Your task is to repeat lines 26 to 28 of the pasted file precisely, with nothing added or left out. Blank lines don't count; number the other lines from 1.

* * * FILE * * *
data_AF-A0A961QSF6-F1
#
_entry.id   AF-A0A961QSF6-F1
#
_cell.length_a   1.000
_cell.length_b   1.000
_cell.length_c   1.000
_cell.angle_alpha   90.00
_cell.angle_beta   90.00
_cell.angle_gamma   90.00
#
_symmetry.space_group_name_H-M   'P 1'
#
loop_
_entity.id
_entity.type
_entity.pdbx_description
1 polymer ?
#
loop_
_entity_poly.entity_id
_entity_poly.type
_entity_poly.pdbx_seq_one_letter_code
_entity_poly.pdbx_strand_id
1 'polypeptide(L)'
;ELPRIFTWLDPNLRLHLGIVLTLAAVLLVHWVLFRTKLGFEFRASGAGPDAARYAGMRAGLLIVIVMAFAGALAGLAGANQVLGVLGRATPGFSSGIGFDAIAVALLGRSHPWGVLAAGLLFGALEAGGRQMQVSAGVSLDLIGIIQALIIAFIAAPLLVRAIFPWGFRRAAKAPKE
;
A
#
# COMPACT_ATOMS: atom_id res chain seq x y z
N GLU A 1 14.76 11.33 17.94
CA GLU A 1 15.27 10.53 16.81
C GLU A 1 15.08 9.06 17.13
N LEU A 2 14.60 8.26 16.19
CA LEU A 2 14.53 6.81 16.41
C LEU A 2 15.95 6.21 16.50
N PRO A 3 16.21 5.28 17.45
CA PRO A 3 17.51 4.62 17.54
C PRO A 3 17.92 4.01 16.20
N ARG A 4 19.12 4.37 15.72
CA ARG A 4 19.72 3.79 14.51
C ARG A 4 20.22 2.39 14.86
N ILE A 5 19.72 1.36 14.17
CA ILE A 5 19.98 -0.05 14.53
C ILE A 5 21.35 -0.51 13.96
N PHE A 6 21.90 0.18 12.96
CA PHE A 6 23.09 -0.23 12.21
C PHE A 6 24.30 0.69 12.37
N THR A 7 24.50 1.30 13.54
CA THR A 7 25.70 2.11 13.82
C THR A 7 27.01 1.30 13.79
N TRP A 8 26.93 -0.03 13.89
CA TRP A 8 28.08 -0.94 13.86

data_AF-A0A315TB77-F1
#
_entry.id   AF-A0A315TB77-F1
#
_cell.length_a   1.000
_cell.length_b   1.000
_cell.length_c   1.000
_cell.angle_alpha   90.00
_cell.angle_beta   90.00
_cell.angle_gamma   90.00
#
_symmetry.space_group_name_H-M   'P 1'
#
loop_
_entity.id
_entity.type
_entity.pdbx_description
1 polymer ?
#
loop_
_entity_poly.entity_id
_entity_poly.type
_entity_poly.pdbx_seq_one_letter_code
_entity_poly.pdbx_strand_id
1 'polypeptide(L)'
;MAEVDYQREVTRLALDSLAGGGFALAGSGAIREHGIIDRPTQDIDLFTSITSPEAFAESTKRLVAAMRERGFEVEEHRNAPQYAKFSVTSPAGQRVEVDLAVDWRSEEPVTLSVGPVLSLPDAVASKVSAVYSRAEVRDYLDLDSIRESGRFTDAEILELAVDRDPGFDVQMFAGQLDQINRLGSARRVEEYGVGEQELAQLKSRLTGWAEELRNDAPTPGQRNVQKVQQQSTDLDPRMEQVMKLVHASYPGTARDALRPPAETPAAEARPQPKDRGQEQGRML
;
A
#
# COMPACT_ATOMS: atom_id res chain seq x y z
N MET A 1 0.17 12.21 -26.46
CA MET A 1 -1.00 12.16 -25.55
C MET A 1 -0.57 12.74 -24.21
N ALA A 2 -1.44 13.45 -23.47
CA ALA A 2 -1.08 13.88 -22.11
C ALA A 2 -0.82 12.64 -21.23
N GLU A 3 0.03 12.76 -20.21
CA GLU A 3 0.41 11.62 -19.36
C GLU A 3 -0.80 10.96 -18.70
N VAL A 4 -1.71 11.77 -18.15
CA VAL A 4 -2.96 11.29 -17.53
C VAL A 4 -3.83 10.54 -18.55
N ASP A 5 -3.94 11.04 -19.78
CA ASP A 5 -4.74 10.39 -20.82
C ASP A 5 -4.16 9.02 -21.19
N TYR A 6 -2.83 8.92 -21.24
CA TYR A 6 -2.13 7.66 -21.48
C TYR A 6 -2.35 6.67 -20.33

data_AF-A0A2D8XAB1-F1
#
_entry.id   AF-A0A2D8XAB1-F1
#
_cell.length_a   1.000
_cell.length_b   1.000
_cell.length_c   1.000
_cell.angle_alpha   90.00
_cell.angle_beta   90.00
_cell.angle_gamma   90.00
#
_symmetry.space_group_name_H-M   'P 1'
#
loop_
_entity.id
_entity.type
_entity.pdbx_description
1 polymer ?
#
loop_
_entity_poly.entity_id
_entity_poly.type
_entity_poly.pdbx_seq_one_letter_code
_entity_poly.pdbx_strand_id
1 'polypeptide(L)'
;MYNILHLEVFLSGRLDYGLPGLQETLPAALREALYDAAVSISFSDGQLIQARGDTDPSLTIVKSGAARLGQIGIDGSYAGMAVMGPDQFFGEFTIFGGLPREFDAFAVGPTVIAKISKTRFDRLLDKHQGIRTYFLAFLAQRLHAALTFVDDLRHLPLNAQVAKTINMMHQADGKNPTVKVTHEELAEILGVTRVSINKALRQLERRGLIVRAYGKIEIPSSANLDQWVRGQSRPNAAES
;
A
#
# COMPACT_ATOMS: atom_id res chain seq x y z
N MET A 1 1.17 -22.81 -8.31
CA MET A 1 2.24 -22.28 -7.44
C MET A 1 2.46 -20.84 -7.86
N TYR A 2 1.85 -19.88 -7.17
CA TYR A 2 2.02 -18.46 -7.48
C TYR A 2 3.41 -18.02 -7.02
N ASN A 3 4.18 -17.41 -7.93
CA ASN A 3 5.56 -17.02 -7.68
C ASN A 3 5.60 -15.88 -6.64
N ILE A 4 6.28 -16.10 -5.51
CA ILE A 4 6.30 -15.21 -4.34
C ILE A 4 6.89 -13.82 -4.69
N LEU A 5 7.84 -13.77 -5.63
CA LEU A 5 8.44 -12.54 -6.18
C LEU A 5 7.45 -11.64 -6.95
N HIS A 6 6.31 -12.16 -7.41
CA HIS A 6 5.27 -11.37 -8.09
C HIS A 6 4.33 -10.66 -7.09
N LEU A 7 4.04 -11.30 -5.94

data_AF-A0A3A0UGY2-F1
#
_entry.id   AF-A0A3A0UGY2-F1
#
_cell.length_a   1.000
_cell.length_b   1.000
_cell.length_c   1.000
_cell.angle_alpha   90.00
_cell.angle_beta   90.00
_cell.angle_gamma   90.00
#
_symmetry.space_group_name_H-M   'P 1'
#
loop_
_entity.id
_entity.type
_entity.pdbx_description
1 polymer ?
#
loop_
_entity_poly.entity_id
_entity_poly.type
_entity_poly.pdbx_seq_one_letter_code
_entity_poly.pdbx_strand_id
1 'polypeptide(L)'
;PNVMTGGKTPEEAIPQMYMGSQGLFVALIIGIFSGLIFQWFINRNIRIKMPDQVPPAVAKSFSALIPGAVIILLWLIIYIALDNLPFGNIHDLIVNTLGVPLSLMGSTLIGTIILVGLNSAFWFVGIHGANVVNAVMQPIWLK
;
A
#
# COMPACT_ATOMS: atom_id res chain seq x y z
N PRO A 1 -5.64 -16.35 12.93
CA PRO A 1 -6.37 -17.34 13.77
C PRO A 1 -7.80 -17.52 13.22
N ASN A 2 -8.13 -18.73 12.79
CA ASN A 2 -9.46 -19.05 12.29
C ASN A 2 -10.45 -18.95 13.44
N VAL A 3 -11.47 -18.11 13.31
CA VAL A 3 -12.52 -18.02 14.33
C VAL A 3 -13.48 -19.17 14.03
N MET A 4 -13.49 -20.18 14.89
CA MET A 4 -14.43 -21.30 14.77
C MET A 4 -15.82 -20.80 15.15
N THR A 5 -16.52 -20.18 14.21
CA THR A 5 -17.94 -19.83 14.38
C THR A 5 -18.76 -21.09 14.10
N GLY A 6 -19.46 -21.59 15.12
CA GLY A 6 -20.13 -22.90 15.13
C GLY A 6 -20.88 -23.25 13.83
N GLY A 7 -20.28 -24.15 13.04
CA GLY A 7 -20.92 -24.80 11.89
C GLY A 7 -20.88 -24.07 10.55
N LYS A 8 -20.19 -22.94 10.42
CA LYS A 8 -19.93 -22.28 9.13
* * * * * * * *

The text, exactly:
;ELPRIFTWLDPNLRLHLGIVLTLAAVLLVHWVLFRTKLGFEFRASGAGPDAARYAGMRAGLLIVIVMAFAGALAGLAGANQVLGVLGRATPGFSSGIGFDAIAVALLGRSHPWGVLAAGLLFGALEAGGRQMQVSAGVSLDLIGIIQALIIAFIAAPLLVRAIFPWGFRRAAKAPKE
;
A